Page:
The line of separation for GS positions typically stops at the GS-12 level-there are still some incompetent workers at the 13, 14 and 15 levels, but the numbers are far fewer, because at those levels incompetency and general specialist/management efficiency becomes blurred.

    Note, there is a little hope on the horizon-the Federal Government IS though moving some jobs away from the GS classification into a new pay banding system that rewards you based on performance, but unions are suing to slow down the change over with mixed results. That's why some job postings say GS and others have the new classification. Under the new pay banding, the probability of getting fired doesn't change much, but it is harder to move up if you are a bad worker.
  • by couchslug (175151) on Wednesday March 07, 2007 @08:28PM (#18270660)
    Or "usual" missions.
    Ask any 18-wheeler driver if they use a "piss jug"! When you are stuck in traffic, or have valuable cargo, or don't want to stop in a bad neighborhood, a plastic jug solves problems nicely.
  • by josecanuc (91) * on Wednesday March 07, 2007 @09:03PM (#18271018) Homepage Journal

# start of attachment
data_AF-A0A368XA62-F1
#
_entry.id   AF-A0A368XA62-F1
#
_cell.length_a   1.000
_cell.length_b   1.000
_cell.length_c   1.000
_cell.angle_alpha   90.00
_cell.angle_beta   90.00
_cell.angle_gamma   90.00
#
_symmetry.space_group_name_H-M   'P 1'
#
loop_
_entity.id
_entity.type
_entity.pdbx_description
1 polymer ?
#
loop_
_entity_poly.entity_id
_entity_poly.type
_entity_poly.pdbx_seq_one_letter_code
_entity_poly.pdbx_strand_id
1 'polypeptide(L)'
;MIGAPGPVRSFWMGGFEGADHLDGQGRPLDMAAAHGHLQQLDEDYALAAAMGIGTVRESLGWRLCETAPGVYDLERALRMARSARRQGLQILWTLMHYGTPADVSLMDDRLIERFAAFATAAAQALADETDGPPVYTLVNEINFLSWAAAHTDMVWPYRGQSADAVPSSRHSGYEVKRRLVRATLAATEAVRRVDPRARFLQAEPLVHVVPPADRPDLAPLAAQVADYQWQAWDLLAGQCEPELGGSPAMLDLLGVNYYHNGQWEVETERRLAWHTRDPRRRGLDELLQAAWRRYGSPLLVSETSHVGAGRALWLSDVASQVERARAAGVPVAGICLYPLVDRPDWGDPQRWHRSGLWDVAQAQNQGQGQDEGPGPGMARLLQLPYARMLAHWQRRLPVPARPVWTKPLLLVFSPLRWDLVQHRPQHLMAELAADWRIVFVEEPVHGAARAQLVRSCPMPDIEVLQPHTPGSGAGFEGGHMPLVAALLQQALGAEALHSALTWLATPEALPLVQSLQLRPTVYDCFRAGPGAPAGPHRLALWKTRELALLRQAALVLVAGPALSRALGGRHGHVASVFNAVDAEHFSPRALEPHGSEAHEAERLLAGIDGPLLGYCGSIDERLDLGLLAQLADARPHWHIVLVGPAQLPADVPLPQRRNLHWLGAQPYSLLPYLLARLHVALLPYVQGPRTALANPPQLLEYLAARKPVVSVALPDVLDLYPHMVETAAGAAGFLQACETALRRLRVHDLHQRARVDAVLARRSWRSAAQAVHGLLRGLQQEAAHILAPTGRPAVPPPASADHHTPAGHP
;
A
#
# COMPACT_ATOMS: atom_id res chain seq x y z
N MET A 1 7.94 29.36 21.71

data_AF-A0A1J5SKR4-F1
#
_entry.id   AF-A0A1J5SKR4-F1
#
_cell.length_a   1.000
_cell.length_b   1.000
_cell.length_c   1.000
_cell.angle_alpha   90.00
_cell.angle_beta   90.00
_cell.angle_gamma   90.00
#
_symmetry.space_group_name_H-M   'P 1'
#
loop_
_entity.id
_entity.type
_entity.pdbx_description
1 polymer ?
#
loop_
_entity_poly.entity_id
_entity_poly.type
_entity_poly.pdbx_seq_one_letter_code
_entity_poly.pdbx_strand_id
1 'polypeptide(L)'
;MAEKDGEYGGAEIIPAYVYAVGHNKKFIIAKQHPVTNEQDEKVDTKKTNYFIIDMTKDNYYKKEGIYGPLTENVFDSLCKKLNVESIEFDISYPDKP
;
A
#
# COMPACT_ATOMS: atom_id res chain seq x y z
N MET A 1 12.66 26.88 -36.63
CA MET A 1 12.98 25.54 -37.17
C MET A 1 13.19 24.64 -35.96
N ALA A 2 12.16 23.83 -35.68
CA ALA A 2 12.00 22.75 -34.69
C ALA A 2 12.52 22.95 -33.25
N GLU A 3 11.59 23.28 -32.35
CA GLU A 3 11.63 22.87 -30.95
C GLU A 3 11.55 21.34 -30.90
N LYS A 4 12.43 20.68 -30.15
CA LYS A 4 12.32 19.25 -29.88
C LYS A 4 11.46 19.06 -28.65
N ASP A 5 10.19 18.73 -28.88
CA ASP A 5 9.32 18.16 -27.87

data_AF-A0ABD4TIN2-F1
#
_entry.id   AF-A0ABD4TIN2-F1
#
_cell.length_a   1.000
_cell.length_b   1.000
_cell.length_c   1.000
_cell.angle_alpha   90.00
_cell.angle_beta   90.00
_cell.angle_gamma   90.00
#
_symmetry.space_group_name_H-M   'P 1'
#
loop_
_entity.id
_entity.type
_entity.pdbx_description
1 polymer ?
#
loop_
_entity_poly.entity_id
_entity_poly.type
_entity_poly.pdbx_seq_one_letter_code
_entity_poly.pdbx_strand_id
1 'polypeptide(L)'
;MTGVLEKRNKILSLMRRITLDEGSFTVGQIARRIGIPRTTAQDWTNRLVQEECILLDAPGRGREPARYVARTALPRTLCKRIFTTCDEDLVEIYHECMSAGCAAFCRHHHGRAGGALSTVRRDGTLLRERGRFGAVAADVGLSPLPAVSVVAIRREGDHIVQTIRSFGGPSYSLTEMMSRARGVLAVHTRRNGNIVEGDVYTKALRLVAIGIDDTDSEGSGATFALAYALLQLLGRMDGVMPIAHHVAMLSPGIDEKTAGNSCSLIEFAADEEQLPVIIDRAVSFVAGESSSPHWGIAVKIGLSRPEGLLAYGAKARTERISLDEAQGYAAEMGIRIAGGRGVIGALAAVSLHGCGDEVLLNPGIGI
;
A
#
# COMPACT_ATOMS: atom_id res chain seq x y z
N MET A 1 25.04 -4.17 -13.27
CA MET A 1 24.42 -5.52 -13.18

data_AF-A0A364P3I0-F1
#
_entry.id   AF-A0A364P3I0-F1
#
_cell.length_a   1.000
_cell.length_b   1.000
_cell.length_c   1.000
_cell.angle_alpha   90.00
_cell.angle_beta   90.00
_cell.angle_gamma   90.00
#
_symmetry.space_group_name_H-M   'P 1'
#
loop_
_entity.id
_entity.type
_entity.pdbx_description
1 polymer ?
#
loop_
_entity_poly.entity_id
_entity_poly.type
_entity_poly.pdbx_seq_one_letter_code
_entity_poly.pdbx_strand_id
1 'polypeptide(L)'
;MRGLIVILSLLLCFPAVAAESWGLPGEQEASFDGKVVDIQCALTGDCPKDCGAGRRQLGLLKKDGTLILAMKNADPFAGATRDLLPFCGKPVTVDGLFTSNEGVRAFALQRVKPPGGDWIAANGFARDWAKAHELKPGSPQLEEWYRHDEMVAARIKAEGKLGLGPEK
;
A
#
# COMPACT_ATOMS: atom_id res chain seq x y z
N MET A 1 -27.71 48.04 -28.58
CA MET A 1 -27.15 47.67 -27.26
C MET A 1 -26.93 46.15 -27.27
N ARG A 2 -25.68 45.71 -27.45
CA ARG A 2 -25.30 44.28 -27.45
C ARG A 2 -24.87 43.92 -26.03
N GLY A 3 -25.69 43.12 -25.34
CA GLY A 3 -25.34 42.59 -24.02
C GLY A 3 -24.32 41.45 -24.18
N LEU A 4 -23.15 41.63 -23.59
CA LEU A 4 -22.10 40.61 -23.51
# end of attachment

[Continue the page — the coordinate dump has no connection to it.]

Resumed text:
Getting fired from the Federal Government is generally tough-especially if you are prior military.

    To be sure, she isn't "prior military". She is a current Navy officer formerly on assignment to NASA. As far as paperwork goes, she is just reassigned out of NASA, since the Navy is still her administrator and she hasn't been discharged (yet).

  • by Chmcginn (201645) on Wednesday March 07, 2007 @10:42PM (#18271914) Journal

    I'd figure with cases like this, they'd just keep her suspended without pay pending the outcome of the trial.

    This can't be done, legally, because Capt. Nowak is a military officer. (As it says in the article, the reason NASA requested her transfer back the regular Navy is because they do not have the authority to use administrative measures against military members assigned to them.

    Firing her sounds like NASA is taking a stand in what is probably an ongoing investigation . . .

    This is actually pretty common in all things military. It doesn't take conviction of anything to remove an officer or enlisted person from a special position, like a commanding officer, executive officer, command representative, or even just a normal pilot. Even just being charged with something questionable usually results in the person being relieved of that position/command until the whole issue is sorted out. If they're found innocent, they might get another chance at it sometime later...

  • Re:Has anyone tried (Score:5, Informative)

    by mclearn (86140) on Thursday March 08, 2007 @12:48AM (#18272808) Homepage
    Hell, most female paragliders wear diapers when performing long cross-country flights especially in competitive or hostile environments when landing for bathroom breaks is not an option. Most guys tend to perform "high altitude irrigation" -- it's easier to perform when you can angle the flow.